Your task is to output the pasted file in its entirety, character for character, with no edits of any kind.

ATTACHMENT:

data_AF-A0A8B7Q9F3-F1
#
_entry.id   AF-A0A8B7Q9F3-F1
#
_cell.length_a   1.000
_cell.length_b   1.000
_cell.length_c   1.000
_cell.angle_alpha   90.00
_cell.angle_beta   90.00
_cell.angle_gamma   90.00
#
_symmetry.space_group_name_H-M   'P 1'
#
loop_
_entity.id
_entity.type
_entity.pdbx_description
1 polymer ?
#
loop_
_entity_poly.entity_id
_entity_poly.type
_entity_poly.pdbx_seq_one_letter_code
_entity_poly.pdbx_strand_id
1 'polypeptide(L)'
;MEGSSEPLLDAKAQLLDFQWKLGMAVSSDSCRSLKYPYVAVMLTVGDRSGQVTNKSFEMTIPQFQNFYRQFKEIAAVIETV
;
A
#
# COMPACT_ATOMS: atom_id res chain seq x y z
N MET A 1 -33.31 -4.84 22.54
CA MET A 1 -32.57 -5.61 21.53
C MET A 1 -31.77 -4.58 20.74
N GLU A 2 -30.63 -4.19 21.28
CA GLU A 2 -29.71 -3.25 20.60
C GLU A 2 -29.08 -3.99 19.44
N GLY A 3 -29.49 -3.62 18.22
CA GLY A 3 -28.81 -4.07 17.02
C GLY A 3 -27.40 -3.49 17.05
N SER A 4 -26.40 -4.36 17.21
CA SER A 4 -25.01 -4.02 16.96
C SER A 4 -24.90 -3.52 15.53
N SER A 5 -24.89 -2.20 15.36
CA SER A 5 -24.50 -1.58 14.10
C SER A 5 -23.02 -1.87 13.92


data_AF-A0A8B7Q9F3-F1
#
_entry.id   AF-A0A8B7Q9F3-F1
#
_cell.length_a   1.000
_cell.length_b   1.000
_cell.length_c   1.000
_cell.angle_alpha   90.00
_cell.angle_beta   90.00
_cell.angle_gamma   90.00
#
_symmetry.space_group_name_H-M   'P 1'
#
loop_
_entity.id
_entity.type
_entity.pdbx_description
1 polymer ?
#
loop_
_entity_poly.entity_id
_entity_poly.type
_entity_poly.pdbx_seq_one_letter_code
_entity_poly.pdbx_strand_id
1 'polypeptide(L)'
;MEGSSEPLLDAKAQLLDFQWKLGMAVSSDSCRSLKYPYVAVMLTVGDRSGQVTNKSFEMTIPQFQNFYRQFKEIAAVIETV
;
A
#
# COMPACT_ATOMS: atom_id res chain seq x y z
N MET A 1 -33.31 -4.84 22.54
CA MET A 1 -32.57 -5.61 21.53
C MET A 1 -31.77 -4.58 20.74
N GLU A 2 -30.63 -4.19 21.28
CA GLU A 2 -29.71 -3.25 20.60
C GLU A 2 -29.08 -3.99 19.44
N GLY A 3 -29.49 -3.62 18.22
CA GLY A 3 -28.81 -4.07 17.02
C GLY A 3 -27.40 -3.49 17.05
N SER A 4 -26.40 -4.36 17.21
CA SER A 4 -25.01 -4.02 16.96
C SER A 4 -24.90 -3.52 15.53
N SER A 5 -24.89 -2.20 15.36
CA SER A 5 -24.50 -1.58 14.10
C SER A 5 -23.02 -1.87 13.92